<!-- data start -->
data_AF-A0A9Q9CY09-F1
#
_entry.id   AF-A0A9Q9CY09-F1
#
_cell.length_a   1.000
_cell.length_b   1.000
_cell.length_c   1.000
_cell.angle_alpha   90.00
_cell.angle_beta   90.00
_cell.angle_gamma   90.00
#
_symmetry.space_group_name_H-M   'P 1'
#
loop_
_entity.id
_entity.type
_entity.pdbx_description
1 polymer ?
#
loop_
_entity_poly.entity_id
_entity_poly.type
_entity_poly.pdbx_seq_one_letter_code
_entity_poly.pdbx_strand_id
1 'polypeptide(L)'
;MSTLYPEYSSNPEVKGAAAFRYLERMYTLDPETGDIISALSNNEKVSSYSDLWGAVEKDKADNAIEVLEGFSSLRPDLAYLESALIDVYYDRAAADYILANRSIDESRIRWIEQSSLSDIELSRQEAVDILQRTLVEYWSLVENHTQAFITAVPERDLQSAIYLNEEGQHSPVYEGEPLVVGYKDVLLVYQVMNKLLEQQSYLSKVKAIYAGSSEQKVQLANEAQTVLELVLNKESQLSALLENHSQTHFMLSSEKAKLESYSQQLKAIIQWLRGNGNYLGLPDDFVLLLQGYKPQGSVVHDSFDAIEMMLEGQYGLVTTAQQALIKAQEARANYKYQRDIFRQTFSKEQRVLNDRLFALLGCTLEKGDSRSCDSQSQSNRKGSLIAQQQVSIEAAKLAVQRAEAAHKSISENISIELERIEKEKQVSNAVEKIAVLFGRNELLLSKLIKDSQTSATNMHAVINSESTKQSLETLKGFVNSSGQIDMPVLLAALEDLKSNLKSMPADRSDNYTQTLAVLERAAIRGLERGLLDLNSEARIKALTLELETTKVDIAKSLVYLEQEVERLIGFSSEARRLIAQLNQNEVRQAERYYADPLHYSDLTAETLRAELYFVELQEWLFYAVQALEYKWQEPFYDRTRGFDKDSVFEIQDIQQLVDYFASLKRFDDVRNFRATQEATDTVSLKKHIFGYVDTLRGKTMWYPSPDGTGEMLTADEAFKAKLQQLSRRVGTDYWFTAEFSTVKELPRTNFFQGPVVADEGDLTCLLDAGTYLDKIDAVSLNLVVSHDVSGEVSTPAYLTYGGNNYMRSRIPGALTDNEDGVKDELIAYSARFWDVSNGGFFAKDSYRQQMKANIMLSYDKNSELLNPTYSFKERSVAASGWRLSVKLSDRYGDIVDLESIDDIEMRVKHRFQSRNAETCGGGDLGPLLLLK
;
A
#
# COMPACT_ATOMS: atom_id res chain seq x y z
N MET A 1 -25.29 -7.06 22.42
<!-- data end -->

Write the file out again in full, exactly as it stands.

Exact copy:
data_AF-A0A9Q9CY09-F1
#
_entry.id   AF-A0A9Q9CY09-F1
#
_cell.length_a   1.000
_cell.length_b   1.000
_cell.length_c   1.000
_cell.angle_alpha   90.00
_cell.angle_beta   90.00
_cell.angle_gamma   90.00
#
_symmetry.space_group_name_H-M   'P 1'
#
loop_
_entity.id
_entity.type
_entity.pdbx_description
1 polymer ?
#
loop_
_entity_poly.entity_id
_entity_poly.type
_entity_poly.pdbx_seq_one_letter_code
_entity_poly.pdbx_strand_id
1 'polypeptide(L)'
;MSTLYPEYSSNPEVKGAAAFRYLERMYTLDPETGDIISALSNNEKVSSYSDLWGAVEKDKADNAIEVLEGFSSLRPDLAYLESALIDVYYDRAAADYILANRSIDESRIRWIEQSSLSDIELSRQEAVDILQRTLVEYWSLVENHTQAFITAVPERDLQSAIYLNEEGQHSPVYEGEPLVVGYKDVLLVYQVMNKLLEQQSYLSKVKAIYAGSSEQKVQLANEAQTVLELVLNKESQLSALLENHSQTHFMLSSEKAKLESYSQQLKAIIQWLRGNGNYLGLPDDFVLLLQGYKPQGSVVHDSFDAIEMMLEGQYGLVTTAQQALIKAQEARANYKYQRDIFRQTFSKEQRVLNDRLFALLGCTLEKGDSRSCDSQSQSNRKGSLIAQQQVSIEAAKLAVQRAEAAHKSISENISIELERIEKEKQVSNAVEKIAVLFGRNELLLSKLIKDSQTSATNMHAVINSESTKQSLETLKGFVNSSGQIDMPVLLAALEDLKSNLKSMPADRSDNYTQTLAVLERAAIRGLERGLLDLNSEARIKALTLELETTKVDIAKSLVYLEQEVERLIGFSSEARRLIAQLNQNEVRQAERYYADPLHYSDLTAETLRAELYFVELQEWLFYAVQALEYKWQEPFYDRTRGFDKDSVFEIQDIQQLVDYFASLKRFDDVRNFRATQEATDTVSLKKHIFGYVDTLRGKTMWYPSPDGTGEMLTADEAFKAKLQQLSRRVGTDYWFTAEFSTVKELPRTNFFQGPVVADEGDLTCLLDAGTYLDKIDAVSLNLVVSHDVSGEVSTPAYLTYGGNNYMRSRIPGALTDNEDGVKDELIAYSARFWDVSNGGFFAKDSYRQQMKANIMLSYDKNSELLNPTYSFKERSVAASGWRLSVKLSDRYGDIVDLESIDDIEMRVKHRFQSRNAETCGGGDLGPLLLLK
;
A
#
# COMPACT_ATOMS: atom_id res chain seq x y z
N MET A 1 -25.29 -7.06 22.42